The Salvation Army has mobilized teams in Arkansas, Missouri, Kentucky, and Tennessee to help those impacted by these storms. Their work includes providing food, drinks, shelter, emotional and spiritual care and other emergency services to survivors and first responders.
Samaritan's Purse will be deploying to Kentucky and Arkansas. They will be sending Disaster Response Units—tractor trailers loaded with equipment and supplies—along with staff members to locations in both states. They will be assessing additional areas as needed. Along with making monetary donations, you can volunteer to help if you are able.
For more information on how to volunteer or donate, check here.
This remarkable group of veterans continue to serve their country by answering the call of duty in many natural disasters. They send teams to help communities clear through debris and rebuild after disaster hits. As of Saturday afternoon, they have already deployed teams to Benton and Mayfield, Kentucky.
Donate to their work here.
Team Western Kentucky Relief Fund
In Saturday afternoon's press conference, Governor Andy Beshear said that this was the, "most devastating, most deadly tornado event in Kentucky's history." He spoke of the immediate ways to help which include for those in the hardest hit areas to stay off the roads so the first responders can do their work, he asked for those capable to give blood, and he announced that one central fund had been established to help on the ground efforts and the relief that will be needed for a long time to come.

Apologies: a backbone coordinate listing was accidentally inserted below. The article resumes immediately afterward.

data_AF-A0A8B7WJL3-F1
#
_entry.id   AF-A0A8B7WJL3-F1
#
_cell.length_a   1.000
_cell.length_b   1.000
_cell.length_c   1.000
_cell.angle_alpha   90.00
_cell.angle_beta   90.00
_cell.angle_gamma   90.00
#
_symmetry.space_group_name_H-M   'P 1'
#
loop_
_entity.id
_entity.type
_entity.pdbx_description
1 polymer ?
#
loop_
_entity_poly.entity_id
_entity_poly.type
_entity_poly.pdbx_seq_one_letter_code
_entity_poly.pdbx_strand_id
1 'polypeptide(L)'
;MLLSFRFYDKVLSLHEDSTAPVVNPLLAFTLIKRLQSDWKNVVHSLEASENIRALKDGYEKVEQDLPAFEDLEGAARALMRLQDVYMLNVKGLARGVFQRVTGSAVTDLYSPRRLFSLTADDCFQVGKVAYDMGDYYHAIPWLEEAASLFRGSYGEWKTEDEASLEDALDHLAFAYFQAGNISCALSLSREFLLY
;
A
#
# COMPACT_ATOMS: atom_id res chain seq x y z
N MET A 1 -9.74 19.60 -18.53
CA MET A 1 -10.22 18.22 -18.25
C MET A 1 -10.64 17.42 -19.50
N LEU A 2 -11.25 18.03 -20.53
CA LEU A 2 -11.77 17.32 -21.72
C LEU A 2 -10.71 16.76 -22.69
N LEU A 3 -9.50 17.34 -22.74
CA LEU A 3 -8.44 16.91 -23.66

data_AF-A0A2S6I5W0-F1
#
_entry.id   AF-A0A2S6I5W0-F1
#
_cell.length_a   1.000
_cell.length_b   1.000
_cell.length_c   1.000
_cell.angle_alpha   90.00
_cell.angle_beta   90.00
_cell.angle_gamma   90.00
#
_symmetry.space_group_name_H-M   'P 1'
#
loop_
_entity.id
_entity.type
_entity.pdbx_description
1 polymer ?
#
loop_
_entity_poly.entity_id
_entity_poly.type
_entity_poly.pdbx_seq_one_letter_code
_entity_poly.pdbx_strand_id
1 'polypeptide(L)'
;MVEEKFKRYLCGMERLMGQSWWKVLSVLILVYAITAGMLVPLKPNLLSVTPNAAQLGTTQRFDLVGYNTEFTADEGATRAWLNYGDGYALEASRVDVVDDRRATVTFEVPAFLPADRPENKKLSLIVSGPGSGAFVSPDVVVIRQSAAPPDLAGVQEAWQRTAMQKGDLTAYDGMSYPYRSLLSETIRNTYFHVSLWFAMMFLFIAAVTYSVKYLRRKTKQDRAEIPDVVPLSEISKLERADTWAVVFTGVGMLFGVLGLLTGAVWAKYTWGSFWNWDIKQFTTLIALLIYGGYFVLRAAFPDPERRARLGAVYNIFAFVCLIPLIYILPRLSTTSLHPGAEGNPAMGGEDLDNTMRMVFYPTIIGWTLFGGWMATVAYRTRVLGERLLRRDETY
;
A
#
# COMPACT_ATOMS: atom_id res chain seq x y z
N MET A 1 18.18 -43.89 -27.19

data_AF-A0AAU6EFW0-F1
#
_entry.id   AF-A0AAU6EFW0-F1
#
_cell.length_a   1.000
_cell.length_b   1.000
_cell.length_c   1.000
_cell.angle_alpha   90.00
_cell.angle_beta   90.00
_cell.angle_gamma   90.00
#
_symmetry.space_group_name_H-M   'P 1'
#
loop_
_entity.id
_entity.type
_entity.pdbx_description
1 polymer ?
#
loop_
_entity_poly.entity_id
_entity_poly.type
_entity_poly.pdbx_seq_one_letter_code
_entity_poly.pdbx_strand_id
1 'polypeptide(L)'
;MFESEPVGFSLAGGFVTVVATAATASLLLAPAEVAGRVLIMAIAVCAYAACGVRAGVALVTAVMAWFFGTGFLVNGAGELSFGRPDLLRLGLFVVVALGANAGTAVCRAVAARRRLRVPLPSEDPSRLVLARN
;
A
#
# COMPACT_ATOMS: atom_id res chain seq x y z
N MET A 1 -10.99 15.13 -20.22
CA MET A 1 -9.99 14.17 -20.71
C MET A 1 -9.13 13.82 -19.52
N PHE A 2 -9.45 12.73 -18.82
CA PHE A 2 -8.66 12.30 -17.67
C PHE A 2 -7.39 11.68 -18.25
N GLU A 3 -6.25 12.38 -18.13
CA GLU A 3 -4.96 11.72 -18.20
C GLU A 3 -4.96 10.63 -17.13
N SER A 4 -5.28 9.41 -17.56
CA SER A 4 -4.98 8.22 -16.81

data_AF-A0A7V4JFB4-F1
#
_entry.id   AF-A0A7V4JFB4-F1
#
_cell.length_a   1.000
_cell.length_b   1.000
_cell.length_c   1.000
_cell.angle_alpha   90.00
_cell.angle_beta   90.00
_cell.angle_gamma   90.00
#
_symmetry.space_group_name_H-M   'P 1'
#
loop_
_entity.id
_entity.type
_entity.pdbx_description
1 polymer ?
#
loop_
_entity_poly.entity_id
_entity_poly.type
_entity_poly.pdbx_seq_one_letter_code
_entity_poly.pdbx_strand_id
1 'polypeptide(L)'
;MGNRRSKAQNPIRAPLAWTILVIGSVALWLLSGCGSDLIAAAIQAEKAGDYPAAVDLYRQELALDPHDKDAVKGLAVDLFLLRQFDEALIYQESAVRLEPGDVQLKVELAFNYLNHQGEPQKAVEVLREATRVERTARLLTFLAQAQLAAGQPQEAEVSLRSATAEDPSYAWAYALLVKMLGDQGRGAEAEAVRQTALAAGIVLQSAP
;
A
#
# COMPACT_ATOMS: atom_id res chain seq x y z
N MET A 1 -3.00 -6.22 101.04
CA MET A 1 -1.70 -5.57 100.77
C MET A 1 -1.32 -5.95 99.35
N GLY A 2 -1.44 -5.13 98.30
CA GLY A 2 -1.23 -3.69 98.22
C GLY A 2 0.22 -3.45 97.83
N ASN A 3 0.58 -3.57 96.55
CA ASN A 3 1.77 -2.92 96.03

Tunnel to Towers Foundation
This New York City-based profit founded in the aftermath of 9/11 is providing food, mortgage payments, and toys for the holidays to families who have been affected by the deadly tornadoes.
Western Kentucky Toy Drive
On Tuesday, Kentucky's First Lady, Britainy Beshear launched a toy drive to help bring a little holiday joy into the lives of children who've just gone through the unthinkable. "For many of us, the holidays are a time for being at home surrounded by family and friends. But this year, many in Western Kentucky have suffered a tragedy. They've lost everything, including their homes and maybe even someone they love. With your help, we can make this season a little easier for those who are hurting by donating a toy, book or gift card to bring them some hope and joy during the holidays," she said in a press release. Beshear is asking for all donated items be new, unwrapped, and in original packaging. Eligible gifts for ages infant to teen include toys, books, electronics, and $25 VISA or Mastercard gift cards. Clothing is not needed at this time.
You can find more information on ways to donate here.
World Central Kitchen
Chef Jose Andres and his team from World Central Kitchen have deployed their teams and food trucks to help feed those in need following these terrible storms. Saturday, they handed out meals to those in Bowling Green, Kentucky. They have now also deployed teams in Mayfield, Princeton, and another in Arkansas.
This is a developing story and we will update as more organizations begin to help.